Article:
Roman-Ulrich Müller - assoc. RG

Characterizing the molecular functions of the tumor suppressor protein Folliculin using the model organism Caenorhabditis elegans


Recent evidence suggests that the Birt-Hogg-Dubé syndrome is a ciliopathy with the tumor suppressor protein mutated in this disease – Folliculin (FLCN) - localizing to primary cilia and influencing their function. Previous work from our group could establish the nematode Caenorhabditis elegans as a model organism for studying the molecular biology underlying this disease. In this project, we investigate the putative ciliary role of FLCN exploiting the power of this model for analyzing ciliopathy genes.


Birt-Hogg-Dubé syndrome (BHD) is an autosomal dominant multitumor syndrome that is characterized by the triad of benign skin tumors, recurrent pneumothoraces and renal cyst and tumor formation. Germline mutations in Folliculin (FLCN) are the underlying cause of this syndrome. However, its exact molecular functions have remained elusive. In a recent study we have been able to introduce the nematode C. elegans as a novel model organism for studying the biology of the BHD syndrome by characterizing a knockout strain of flcn-1, the worm homologue of FLCN. We will now continue this project using both cell culture and particularly the nematode model to examine the signaling pathways FLCN is involved in more closely. Polycystic kidney diseases such as the one occurring in Birt-Hogg-Dubé syndrome are generally considered to be the consequences of dysfunction or dysgenesis of primary cilia – i.e. ciliopathies. Importantly, C. elegans is one of the key model organisms for studies addressing the ciliary function of cystopathy genes. The nematode paired with studies in cultured cells are exploited in this project to gain a better understanding of the molecular function of the tumor suppressor protein FLCN, in particular as to a putative role in ciliary biology.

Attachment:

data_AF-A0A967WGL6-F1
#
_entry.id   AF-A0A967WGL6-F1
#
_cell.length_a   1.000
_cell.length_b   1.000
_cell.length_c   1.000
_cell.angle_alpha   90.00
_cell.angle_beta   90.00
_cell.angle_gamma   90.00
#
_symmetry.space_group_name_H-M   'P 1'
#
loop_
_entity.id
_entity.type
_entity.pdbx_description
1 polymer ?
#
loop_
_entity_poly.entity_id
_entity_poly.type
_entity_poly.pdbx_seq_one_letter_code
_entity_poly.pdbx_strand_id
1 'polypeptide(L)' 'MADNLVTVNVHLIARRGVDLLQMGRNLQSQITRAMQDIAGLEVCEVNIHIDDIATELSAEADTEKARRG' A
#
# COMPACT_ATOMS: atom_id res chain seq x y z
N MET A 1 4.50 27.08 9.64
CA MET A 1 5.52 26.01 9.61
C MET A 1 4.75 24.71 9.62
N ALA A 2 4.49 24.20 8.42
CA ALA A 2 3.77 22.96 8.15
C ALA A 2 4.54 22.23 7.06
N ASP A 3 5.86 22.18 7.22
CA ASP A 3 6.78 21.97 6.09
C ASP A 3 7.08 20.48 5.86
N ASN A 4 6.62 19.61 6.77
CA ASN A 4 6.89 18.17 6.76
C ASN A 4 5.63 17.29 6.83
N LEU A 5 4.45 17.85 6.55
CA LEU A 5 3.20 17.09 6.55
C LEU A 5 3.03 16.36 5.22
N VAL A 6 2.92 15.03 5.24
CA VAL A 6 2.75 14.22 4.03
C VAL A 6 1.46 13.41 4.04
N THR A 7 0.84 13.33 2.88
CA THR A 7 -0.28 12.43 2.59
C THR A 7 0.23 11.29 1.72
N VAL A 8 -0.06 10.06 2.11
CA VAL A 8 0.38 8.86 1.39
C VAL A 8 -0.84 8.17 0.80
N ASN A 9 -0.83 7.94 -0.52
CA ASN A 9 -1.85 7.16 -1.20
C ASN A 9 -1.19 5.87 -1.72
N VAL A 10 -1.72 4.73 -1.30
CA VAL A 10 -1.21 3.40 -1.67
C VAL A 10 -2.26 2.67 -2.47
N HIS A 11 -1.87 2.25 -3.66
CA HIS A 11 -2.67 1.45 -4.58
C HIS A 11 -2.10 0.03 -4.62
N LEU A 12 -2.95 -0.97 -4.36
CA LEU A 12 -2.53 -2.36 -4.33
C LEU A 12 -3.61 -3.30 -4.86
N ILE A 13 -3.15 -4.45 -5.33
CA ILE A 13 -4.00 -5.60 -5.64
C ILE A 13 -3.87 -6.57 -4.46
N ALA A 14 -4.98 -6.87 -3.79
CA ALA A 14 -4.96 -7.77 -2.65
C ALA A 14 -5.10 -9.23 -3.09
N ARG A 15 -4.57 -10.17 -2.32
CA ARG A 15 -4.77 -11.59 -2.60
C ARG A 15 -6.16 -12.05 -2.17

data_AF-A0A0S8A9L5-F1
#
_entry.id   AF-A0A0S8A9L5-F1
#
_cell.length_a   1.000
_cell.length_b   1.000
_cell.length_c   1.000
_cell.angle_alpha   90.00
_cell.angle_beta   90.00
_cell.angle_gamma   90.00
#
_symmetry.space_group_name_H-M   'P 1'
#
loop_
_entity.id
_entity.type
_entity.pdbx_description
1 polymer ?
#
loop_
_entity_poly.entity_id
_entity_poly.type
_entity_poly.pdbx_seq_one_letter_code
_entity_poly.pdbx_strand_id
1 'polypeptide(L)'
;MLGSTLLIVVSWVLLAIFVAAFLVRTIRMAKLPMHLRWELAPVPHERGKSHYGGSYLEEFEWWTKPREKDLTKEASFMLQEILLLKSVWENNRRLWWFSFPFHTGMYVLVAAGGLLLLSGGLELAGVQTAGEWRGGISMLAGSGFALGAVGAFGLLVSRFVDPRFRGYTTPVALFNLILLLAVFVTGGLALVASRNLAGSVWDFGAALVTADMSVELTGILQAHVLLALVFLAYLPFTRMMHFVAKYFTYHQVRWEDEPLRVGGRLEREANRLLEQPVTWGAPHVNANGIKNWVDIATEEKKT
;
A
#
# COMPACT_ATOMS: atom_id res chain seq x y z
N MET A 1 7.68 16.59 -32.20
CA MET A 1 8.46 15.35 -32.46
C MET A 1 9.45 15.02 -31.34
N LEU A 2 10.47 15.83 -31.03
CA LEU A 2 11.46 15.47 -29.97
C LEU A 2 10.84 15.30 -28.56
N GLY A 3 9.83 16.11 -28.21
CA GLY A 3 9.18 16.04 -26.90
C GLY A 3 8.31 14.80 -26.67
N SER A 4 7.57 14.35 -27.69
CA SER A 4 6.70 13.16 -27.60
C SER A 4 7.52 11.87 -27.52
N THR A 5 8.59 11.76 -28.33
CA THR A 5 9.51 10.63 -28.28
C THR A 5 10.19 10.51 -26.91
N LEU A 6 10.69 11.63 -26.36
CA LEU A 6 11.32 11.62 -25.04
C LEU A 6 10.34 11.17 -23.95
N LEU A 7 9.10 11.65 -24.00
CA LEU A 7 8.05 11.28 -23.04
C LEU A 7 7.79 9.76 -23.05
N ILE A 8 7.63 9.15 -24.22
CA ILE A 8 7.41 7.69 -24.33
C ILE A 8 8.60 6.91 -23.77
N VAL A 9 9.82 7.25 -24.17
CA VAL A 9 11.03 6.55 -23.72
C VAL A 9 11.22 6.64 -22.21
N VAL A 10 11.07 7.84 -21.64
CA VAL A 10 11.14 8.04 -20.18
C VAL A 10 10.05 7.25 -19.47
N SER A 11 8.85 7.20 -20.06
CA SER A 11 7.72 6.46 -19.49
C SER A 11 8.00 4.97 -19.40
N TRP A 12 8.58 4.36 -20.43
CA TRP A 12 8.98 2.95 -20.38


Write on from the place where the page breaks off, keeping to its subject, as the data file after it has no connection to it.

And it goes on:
1. Determination of the FLCN interactome

Only few interacting proteins of FLCN are known by now. To allow for IP-MS analysis of the FLCN interactome we generated a single-copy transgenic HEK293T cell line expressing an FLCN::GFP fusion protein using TALEN technology. Putative interaction partners that co-precipitated with FLCN were identified using nLC-MS/MS. Interestingly, GO term analysis revealed terms associated with vesicle formation and amino acid metabolism to be among the most enriched biological processes (Fig. 1).

2. Characterization of a novel splice-site mutation

In parallel to our work in cell culture and C. elegans we focus on characterizing novel mutations found in affected families. In this context, human genetics analysis of a family affected by BHD syndrome revealed not mutation in the coding region. However, we found a sequence alteration in a splice site and could confirm its impact on splicing of the folliculin transcript (Fig. 2). We then went on to analyse the impact of this splicing defect on protein biology and could show that the mutant protein is strongly destabilized and shows a localization defect (Bartram et al. 2017).